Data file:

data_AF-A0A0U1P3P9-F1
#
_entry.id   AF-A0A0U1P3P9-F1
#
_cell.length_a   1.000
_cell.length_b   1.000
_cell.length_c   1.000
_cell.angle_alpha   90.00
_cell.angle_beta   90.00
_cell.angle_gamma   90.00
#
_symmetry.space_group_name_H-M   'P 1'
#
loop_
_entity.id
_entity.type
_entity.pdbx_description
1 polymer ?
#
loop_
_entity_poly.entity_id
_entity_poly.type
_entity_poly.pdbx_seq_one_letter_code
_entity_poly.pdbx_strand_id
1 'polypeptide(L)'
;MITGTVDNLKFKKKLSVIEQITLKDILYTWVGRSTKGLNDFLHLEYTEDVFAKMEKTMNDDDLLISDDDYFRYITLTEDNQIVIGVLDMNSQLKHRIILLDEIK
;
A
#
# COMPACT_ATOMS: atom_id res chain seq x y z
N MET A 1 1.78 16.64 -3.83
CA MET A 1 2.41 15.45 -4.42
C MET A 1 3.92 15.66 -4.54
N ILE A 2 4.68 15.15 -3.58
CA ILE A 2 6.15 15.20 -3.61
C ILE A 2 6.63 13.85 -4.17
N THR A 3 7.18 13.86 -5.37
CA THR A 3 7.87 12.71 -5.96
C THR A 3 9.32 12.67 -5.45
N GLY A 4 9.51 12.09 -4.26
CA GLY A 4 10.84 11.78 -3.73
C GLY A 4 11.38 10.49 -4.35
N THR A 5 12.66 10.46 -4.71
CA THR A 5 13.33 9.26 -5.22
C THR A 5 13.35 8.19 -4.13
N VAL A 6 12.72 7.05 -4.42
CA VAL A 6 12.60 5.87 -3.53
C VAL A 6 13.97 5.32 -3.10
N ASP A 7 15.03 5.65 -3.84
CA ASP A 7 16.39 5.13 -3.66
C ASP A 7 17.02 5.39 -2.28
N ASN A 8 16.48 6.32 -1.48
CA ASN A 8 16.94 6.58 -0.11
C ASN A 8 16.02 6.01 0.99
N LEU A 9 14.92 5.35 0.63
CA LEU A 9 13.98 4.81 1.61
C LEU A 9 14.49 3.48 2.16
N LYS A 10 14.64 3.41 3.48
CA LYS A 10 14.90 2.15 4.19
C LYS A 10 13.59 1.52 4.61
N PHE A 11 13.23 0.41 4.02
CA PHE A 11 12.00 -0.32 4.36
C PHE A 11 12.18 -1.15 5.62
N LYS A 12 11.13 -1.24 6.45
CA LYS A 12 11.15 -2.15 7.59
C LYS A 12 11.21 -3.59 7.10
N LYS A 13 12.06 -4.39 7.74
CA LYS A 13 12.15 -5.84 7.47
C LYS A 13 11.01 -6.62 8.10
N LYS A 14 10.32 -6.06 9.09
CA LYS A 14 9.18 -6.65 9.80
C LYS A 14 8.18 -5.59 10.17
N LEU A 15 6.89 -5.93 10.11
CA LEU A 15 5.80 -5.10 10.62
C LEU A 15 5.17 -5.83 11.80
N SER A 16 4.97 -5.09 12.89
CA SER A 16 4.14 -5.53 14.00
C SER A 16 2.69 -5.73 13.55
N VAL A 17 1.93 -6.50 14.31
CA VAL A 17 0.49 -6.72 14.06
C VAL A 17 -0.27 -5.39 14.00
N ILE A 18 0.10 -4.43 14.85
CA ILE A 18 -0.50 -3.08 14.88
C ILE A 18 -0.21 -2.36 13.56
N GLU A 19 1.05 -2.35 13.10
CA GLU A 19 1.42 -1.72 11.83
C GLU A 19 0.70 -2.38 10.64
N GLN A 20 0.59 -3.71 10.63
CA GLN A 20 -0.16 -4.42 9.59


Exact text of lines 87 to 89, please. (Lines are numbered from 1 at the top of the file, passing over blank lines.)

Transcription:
C GLU A 19 0.70 -2.38 10.64
N GLN A 20 0.59 -3.71 10.63
CA GLN A 20 -0.16 -4.42 9.59